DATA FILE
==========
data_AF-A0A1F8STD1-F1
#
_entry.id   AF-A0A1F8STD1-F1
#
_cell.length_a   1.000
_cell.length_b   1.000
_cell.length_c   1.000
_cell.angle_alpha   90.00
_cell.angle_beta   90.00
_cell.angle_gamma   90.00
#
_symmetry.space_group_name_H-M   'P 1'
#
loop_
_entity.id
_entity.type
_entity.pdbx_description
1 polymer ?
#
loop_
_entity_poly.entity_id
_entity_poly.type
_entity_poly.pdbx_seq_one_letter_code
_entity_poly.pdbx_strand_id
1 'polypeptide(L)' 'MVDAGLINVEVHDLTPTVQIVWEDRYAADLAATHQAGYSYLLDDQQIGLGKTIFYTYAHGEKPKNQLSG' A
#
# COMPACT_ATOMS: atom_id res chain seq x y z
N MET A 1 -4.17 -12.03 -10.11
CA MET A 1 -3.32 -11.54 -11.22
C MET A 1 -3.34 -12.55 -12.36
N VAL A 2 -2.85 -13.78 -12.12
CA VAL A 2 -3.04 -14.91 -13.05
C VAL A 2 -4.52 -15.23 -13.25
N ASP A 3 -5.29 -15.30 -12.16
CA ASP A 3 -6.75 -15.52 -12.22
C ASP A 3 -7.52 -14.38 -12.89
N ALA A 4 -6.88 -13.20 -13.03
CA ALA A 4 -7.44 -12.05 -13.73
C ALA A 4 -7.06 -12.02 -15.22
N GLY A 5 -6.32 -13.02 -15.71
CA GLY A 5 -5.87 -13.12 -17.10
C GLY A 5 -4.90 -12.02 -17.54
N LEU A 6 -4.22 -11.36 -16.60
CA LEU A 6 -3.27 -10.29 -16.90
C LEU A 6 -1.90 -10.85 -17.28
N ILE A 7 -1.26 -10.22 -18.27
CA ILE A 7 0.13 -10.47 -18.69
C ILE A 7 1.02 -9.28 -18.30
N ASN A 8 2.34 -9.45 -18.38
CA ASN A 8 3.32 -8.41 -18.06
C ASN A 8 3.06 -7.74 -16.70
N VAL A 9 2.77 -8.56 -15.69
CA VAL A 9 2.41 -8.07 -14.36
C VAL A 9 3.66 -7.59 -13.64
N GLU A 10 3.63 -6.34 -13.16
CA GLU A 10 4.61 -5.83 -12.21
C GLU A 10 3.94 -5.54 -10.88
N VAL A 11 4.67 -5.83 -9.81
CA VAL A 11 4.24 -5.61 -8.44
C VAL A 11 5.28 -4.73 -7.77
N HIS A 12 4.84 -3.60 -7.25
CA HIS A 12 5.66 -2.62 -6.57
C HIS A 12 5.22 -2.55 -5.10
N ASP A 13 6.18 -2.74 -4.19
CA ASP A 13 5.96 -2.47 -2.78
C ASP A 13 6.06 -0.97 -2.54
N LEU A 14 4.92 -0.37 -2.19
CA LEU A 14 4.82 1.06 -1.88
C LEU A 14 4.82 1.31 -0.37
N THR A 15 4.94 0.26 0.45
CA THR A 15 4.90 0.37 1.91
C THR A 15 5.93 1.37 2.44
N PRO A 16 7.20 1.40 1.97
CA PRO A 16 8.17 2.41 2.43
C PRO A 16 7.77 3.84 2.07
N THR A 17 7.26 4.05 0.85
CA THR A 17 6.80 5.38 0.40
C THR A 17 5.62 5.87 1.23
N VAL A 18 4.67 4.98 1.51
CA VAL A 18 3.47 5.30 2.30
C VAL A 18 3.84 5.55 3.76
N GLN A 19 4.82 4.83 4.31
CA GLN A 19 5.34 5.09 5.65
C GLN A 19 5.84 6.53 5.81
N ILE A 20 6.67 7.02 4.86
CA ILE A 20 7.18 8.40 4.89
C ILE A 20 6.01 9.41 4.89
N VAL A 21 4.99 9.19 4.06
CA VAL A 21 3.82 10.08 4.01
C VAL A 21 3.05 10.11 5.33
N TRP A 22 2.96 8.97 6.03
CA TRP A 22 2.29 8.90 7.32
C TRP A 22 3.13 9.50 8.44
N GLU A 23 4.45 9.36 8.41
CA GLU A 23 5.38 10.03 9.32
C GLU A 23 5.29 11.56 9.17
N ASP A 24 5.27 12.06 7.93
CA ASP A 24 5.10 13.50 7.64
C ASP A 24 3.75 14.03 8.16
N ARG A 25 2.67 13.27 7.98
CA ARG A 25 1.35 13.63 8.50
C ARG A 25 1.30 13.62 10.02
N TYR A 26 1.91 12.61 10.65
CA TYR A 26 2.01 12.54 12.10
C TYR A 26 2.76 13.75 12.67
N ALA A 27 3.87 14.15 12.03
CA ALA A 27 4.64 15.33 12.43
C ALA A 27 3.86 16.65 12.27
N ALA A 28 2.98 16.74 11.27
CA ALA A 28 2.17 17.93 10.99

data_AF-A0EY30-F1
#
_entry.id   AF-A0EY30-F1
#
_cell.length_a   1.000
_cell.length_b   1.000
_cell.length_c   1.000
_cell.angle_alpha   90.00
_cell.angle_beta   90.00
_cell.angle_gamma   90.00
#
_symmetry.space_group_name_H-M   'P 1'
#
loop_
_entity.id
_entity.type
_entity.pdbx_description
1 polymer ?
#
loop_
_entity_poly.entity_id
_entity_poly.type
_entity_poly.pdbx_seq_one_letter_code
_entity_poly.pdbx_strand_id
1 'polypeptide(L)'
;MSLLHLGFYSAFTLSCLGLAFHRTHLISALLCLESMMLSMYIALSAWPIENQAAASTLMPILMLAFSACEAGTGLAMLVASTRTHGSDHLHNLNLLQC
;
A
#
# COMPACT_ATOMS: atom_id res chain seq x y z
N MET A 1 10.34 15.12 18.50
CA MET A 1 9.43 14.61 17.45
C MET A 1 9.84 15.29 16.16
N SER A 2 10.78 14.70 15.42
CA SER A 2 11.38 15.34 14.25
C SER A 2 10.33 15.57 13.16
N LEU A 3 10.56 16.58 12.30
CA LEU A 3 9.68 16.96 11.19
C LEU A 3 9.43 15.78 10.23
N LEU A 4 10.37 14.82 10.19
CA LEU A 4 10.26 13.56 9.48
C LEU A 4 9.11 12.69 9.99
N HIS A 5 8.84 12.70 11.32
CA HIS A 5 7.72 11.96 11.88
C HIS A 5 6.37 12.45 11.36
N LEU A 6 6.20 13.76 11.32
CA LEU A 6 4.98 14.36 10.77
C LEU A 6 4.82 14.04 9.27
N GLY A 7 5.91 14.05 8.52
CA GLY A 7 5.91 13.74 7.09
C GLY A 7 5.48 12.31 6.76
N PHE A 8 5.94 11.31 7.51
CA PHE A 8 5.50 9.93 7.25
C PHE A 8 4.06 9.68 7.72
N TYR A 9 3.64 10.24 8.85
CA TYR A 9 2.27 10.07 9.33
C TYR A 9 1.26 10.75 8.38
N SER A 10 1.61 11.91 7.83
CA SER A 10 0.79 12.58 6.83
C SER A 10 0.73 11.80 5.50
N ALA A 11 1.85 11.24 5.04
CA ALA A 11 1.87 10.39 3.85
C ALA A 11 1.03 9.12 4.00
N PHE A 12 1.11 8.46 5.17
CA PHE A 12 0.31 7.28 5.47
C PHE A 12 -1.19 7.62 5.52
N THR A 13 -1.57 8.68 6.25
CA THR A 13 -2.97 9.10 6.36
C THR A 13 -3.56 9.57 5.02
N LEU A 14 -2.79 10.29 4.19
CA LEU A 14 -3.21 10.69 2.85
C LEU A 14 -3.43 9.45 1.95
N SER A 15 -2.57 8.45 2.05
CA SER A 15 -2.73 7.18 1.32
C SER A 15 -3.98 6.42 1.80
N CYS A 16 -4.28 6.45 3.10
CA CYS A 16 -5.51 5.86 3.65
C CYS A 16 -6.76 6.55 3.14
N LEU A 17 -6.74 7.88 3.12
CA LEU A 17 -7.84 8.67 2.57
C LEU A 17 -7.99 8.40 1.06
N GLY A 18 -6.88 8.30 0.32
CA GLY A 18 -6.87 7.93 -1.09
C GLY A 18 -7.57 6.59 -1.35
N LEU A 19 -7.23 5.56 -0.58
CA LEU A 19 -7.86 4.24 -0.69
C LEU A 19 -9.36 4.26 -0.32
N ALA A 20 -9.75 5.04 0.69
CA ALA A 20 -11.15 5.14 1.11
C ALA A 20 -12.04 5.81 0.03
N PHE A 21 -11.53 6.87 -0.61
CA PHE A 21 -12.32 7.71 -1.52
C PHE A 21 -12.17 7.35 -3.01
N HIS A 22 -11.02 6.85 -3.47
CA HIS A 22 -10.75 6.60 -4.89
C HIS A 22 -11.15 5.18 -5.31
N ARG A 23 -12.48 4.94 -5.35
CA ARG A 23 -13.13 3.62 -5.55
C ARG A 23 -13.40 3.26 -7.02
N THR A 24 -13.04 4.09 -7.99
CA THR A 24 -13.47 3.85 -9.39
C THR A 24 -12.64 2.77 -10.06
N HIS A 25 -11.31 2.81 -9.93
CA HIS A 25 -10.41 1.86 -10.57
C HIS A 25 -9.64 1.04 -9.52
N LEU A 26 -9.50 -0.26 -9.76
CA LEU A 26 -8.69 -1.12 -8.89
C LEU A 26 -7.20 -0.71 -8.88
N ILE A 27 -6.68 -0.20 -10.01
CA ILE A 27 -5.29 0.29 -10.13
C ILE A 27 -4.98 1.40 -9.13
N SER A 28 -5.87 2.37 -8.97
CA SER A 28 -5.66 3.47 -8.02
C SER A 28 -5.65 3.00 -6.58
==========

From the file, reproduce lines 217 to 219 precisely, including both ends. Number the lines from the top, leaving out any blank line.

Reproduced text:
CA LEU A 26 -8.69 -1.12 -8.89
C LEU A 26 -7.20 -0.71 -8.88
N ILE A 27 -6.68 -0.20 -10.01